• Annette

    So true. I remember when I saw a presentation that linked mathematical concepts to famous art works (using triangles and other shapes in paintings) as a college student. For the first time in my life (and 13 years into my math education), I thought math might be something other than the (to me) dry, meaningless equations I robotically worked out every day in class in either boredom or frustration.

  • Larry

    This is why architecture is such a nice field. Its answering the question, how can I turn these boring physics equations and engineering issues to make something beautiful.

    The worst architecture, the works which depress people, are the works which are functional but with no sense of the aesthetic, the human.

  • Your perceived subtext (“don’t trust your perceptions. What relationships and patterns you may see may well be a delusion or illusion.”) is a profoundly powerful thing to impart to a young learner, and leads the way to inquiry, creativity, and problem solving. It leads the way to destroying not a child, not millennia of valuable human culture, but rather promotes investigation and understanding instead of taking unexplained authoritative assertions for granted.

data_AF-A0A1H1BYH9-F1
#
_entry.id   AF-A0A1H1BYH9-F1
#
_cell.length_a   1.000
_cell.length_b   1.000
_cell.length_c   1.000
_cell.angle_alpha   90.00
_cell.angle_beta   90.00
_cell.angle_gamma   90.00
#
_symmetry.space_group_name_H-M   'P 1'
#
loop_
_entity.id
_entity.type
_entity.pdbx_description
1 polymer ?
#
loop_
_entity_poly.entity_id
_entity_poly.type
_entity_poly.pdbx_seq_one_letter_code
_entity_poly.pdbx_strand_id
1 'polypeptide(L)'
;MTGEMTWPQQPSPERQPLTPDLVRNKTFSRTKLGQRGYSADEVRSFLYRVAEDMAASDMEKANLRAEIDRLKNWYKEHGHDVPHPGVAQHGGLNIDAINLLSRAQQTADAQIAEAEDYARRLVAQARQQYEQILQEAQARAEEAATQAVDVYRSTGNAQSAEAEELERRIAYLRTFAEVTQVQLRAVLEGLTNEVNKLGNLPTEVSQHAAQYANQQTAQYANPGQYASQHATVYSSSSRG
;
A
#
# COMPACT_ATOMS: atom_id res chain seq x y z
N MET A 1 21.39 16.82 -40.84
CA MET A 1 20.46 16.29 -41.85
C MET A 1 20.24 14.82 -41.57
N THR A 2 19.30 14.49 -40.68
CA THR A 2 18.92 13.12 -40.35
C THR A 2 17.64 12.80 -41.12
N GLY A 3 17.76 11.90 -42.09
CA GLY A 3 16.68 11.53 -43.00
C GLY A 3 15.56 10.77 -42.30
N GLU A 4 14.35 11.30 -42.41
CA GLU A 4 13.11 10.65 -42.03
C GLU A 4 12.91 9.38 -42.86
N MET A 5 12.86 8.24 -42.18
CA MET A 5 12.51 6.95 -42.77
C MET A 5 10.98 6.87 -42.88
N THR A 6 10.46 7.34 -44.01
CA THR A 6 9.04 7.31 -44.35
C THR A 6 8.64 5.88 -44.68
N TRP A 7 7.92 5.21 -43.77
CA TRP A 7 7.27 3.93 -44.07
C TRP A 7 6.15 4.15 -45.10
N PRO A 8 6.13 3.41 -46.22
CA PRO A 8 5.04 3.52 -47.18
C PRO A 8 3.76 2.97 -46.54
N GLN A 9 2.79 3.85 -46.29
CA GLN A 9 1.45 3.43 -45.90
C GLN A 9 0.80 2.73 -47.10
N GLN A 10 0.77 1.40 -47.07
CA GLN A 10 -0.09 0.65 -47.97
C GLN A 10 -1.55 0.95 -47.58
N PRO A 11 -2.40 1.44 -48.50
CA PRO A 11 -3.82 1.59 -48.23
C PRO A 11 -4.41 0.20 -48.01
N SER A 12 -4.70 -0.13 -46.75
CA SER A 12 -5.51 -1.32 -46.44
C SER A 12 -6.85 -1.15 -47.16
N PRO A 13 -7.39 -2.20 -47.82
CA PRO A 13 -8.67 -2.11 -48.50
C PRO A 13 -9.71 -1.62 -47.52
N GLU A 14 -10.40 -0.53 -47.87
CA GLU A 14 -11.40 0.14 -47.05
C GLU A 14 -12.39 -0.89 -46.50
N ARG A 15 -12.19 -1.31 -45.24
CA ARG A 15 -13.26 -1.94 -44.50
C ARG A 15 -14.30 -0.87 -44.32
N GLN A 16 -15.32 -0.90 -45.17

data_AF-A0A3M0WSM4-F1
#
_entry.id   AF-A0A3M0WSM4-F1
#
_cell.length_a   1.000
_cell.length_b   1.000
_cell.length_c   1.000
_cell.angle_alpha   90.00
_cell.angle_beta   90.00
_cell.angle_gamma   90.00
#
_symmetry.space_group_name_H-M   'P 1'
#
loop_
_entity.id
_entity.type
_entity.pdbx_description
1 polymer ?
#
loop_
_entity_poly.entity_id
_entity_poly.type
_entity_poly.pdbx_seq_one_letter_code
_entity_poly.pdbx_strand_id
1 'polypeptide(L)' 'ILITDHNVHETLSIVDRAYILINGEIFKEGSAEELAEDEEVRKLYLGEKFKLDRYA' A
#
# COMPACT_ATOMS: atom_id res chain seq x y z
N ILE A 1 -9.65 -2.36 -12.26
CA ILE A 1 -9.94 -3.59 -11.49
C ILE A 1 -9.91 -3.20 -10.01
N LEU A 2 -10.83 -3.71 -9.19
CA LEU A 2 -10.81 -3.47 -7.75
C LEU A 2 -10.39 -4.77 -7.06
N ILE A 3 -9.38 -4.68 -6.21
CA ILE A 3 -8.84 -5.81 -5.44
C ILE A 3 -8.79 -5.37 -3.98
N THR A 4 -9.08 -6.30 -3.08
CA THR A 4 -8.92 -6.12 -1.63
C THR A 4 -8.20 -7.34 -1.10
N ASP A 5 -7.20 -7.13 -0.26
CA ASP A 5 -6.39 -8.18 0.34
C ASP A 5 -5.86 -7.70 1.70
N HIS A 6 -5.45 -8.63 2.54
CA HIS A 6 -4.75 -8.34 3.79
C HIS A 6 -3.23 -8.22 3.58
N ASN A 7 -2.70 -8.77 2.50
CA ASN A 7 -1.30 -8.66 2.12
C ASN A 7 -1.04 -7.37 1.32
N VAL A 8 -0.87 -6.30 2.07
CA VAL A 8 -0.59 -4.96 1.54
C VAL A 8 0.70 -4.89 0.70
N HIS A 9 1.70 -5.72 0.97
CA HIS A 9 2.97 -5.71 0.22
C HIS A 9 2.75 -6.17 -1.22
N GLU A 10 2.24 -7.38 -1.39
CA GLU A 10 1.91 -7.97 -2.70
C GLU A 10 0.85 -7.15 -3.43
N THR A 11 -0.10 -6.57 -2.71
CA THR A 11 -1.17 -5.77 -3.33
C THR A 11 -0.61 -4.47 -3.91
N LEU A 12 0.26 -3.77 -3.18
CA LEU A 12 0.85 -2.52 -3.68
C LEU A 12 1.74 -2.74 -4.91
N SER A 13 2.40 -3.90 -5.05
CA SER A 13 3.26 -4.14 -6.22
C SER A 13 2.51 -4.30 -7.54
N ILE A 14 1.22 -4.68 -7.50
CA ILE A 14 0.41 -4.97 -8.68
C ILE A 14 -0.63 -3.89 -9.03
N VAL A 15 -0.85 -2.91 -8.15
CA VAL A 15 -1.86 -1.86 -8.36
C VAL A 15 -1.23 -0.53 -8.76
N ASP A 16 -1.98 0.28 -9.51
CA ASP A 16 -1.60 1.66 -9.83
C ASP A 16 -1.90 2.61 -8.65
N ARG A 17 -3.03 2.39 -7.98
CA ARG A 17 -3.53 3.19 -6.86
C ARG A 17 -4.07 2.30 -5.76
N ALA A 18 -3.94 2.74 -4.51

Part of learning involves disabusing an individual of prior misconceptions–and it’s a very exciting and empowering thing indeed! When we tell a toddler that spots a coyote “No, that’s not a doggie–that’s a different animal, a coyote” the subtext is also that the toddler’s perceptions and assumptions were wrong, but it hardly breaks the child! When we help a grade schooler understand optical illusions, we’re directly telling them –no subtext required– that their perceptions aren’t always to be trusted. And what 3rd grader doesn’t love optical illusions, magic tricks, and jaunty conspiracies?? It’s part of their development! And when a high schooler debates ethics of using the A-bomb, or of stem-cell research, or of factory farming, we’re asking them to challenge their prior assumptions. Failure to do so risks rearing generations of shallow thinkers, too scared to question status quo and unable to tackle problems facing our world today and in the future.

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